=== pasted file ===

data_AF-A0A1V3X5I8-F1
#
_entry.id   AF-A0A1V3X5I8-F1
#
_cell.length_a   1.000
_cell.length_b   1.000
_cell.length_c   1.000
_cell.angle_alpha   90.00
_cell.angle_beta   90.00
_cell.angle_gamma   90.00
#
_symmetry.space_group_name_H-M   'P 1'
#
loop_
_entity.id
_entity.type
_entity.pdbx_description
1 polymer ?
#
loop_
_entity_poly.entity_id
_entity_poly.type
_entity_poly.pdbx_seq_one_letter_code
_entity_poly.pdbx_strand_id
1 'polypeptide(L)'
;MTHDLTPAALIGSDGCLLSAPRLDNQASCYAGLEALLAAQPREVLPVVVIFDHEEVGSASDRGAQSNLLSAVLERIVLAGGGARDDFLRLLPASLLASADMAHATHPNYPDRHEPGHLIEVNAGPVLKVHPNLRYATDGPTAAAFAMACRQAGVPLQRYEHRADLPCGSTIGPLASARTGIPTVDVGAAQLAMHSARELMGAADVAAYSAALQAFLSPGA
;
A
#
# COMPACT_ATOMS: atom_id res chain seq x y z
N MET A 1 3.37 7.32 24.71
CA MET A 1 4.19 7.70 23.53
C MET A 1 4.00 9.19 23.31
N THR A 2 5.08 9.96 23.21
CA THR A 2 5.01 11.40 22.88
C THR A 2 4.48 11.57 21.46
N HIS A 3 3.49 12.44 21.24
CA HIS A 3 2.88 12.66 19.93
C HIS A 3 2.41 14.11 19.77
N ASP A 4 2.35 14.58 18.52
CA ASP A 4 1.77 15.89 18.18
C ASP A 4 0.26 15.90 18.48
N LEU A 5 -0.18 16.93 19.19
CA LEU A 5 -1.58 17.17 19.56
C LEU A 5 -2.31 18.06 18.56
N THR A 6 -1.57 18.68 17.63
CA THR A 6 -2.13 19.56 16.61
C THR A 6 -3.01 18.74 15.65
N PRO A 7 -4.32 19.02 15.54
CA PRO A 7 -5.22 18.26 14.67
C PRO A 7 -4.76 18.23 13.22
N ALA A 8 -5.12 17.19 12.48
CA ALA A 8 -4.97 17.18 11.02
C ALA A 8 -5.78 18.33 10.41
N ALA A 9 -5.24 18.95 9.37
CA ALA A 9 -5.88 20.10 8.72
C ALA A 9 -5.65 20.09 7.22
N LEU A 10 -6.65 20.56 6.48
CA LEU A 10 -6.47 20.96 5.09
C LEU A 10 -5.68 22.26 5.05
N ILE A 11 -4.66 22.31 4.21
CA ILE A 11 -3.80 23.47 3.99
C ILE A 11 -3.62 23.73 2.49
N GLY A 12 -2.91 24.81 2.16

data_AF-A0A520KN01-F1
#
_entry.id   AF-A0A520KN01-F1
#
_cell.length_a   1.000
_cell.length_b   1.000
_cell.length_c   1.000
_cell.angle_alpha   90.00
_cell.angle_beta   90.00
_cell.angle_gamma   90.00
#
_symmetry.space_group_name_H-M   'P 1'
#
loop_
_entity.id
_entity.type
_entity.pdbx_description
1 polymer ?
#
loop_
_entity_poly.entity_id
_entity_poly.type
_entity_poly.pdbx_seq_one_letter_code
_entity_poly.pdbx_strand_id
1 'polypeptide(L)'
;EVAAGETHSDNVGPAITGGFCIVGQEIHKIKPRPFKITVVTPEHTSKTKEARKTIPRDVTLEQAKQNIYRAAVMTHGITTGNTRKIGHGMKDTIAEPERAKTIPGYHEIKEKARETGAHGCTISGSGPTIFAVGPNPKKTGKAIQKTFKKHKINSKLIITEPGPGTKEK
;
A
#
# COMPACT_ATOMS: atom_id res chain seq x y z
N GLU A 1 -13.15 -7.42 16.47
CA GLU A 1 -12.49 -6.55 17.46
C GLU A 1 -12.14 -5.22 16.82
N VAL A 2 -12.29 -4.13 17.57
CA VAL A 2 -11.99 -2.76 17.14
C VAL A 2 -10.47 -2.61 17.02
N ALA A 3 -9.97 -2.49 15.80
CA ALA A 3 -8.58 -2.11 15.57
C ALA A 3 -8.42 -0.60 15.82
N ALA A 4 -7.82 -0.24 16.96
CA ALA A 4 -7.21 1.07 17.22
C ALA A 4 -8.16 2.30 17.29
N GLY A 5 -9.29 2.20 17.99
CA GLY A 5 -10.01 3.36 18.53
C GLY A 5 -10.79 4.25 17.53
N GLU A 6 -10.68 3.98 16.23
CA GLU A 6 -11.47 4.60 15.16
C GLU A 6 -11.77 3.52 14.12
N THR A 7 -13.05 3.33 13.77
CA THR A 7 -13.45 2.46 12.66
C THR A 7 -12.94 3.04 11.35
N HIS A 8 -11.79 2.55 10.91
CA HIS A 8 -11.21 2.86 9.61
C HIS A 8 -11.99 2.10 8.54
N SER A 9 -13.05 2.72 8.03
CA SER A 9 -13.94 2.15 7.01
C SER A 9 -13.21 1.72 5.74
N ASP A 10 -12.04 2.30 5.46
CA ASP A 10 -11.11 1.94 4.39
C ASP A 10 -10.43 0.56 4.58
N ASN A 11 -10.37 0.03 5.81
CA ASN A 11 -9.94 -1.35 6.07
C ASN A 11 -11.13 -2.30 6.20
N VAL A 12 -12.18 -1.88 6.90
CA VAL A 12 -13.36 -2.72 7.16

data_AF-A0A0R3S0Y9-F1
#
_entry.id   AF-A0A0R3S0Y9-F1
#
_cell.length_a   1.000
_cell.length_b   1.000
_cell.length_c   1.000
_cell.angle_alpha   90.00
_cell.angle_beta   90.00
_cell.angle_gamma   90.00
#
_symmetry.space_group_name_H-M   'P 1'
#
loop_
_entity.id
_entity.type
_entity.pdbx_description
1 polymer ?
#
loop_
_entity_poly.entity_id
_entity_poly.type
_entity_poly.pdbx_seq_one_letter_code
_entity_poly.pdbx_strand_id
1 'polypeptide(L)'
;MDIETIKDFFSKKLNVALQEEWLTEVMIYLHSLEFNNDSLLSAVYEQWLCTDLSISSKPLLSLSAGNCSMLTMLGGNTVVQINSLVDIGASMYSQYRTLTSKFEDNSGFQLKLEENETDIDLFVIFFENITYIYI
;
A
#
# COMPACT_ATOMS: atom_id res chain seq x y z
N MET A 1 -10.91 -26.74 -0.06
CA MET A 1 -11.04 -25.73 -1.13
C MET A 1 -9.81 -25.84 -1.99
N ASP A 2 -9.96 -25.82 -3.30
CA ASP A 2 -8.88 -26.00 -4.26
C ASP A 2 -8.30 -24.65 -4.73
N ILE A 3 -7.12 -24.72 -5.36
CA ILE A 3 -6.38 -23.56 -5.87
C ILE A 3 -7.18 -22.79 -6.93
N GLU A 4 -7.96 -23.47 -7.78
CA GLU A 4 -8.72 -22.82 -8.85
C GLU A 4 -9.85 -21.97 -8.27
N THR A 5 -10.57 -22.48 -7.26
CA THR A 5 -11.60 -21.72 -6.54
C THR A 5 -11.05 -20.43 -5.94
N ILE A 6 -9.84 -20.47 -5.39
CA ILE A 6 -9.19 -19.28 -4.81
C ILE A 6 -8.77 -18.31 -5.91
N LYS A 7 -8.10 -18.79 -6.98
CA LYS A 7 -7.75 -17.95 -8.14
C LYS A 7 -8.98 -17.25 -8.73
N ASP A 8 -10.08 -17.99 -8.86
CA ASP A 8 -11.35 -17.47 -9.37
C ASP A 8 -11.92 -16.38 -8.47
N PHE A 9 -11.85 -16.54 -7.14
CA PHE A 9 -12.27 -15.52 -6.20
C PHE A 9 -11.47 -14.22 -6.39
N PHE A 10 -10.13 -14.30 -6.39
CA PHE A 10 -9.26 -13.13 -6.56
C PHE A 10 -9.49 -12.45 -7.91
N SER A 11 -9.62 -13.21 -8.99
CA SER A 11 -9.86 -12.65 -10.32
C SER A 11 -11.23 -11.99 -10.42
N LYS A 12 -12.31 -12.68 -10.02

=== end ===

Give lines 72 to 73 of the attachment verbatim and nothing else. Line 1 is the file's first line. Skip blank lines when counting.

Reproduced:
_cell.angle_alpha   90.00
_cell.angle_beta   90.00